Hanley’s bold prediction: Confident or just plain crazy?

Prescription for success: keep mouth shut and hit ball. (Aaron M. Sprecher/Icon SMI)

I used to like Hanley Ramirez. I take that back – I used to love Hanley Ramirez. Up until a few years ago, that is. Today, I don’t hate Hanley. I’ve just learned to hope for the best and tolerate the worst. And this year, there’s been very little of the former and a whole lot of the latter.

Hanley gave me yet another reason (after not signing Logan Morrison’s cast for a charity auction) to roll my eyes this season when he made a bold prediction Wednesday: “By May 30, I will have seven homers. And I’ll be batting .290. You better take a picture. Write it down.”

Consider it written, Hanley – he of the .217 batting average, two home runs and 14 RBIs, which project to a stunning .217 BA/9 HR/63 RBI season. You’ve put it out there for the world to read, and you can bet we’ll be watching very closely – much more so now that you’ve brought even more attention to the fact your horrendous numbers make “suck” sound like a compliment. So, if you were pressing already, how does making a bold prediction like this make it any easier? Confidence or bat-sh#t crazy?

Back in Hanley’s Rookie-of-the-Year season (2006), it seemed like he was always delivering clutch hits whenever I attended a game. Decent glove, ran like a gazelle and opportunistic at the plate. I was so confident in his ability that, as Ramirez was stepping into the batter’s box in the late innings of a game I attended, I predicted to all fans within earshot that he would hit a homer. Second pitch, whammo. Two-run blast. Marlins win.

That was back when Ramirez was making $327K per season. Back when he had a lot to prove. Back when he kept his mouth shut and let his bat and legs do the talking. Back then, he got attention for what he was doing on the field. Over the last few seasons, the attention has been directed to off-field shenanigans. Clubhouse scuffle with Dan Uggla in 2009. LollyGag Gate with Fredi Gonzalez last season. Fear of signing LoMo’s cast this year. That’s what Hanley is being remembered for right now, and as a fan, I don’t like it. I want my $7 million superstar playing like a $7 million superstar and not Little Buddy Harrelson.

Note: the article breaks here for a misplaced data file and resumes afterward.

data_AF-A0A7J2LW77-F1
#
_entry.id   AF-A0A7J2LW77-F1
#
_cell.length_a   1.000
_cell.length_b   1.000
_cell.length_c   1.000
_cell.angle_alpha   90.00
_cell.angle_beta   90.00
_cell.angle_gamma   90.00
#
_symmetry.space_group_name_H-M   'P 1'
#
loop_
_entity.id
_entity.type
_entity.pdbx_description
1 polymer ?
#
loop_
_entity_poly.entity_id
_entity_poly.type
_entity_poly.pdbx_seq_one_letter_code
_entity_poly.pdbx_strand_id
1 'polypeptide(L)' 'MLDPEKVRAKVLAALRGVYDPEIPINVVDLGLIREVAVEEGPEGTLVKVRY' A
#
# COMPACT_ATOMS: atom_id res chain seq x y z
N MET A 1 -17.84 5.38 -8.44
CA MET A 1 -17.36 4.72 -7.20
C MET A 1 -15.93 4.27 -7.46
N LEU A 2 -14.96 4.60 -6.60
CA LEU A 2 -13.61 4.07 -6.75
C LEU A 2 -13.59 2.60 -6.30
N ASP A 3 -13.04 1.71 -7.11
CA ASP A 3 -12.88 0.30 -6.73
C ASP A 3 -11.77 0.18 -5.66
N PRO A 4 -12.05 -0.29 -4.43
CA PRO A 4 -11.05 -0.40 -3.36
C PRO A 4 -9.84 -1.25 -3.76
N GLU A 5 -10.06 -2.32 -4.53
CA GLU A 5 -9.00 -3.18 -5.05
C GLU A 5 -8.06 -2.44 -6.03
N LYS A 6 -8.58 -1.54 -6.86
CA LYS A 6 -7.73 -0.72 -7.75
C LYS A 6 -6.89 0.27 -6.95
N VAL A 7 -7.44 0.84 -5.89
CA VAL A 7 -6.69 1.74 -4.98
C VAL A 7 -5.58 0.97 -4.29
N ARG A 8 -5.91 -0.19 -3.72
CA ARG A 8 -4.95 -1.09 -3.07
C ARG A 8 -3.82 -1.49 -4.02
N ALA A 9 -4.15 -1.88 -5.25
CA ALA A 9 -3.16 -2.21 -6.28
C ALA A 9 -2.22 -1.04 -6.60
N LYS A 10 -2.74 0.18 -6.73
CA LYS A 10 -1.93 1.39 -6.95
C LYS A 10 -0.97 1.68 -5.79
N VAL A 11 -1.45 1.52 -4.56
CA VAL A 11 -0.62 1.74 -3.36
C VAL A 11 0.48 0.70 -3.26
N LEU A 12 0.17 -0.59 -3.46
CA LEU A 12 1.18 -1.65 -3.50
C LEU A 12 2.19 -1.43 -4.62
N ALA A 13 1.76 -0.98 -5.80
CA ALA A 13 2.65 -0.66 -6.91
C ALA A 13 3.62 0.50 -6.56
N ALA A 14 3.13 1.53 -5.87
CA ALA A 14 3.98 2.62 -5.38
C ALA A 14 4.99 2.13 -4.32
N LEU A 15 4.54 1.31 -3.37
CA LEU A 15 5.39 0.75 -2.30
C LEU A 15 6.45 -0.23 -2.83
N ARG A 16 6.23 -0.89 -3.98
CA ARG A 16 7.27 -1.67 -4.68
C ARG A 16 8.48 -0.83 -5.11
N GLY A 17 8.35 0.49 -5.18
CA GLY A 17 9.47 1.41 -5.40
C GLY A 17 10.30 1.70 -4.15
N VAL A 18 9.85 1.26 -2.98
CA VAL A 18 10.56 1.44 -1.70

I can’t help but wonder if all the talent – think Josh Johnson, Gaby Sanchez, Mike Stanton and Morrison – blossoming at the big-league level has Hanley feeling like just another player vs. the player. Sanchez is plain ol’ raking it, Johnson is considered a top-five pitcher and Morrison, ready to pick up where he left off, is the fan favorite. All of these players would be included in the “Marlins are winning because …” conversation even if Hanley was at the top of his game. But he’s not. In some ways, he is becoming less and less important because the team is winning in spite of his withering production.

Instead of keeping his mouth closed and working hard to break out of his offensive purgatory, Hanley draws attention to himself with a bold prediction. It’s his way of making himself relevant again in hopes that he lives up to his very own promise. I’ll be the first to say that I hope he does. I would like nothing more than to see that bat ignite and start winning games again.

There’s hope, too. Ramirez has a modest five-game hitting streak (he’s two-for-two so far tonight against the Nationals) with eight hits in 18 at-bats — a .444 clip. Hopefully, this is the beginning of the end of the slump. And if it is, awesome. I’ll start liking you again, Hanley … until the next reason occurs – and it will – not to.

Just a few words of advice for the rest of the season: Keep quiet and swing a big stick.

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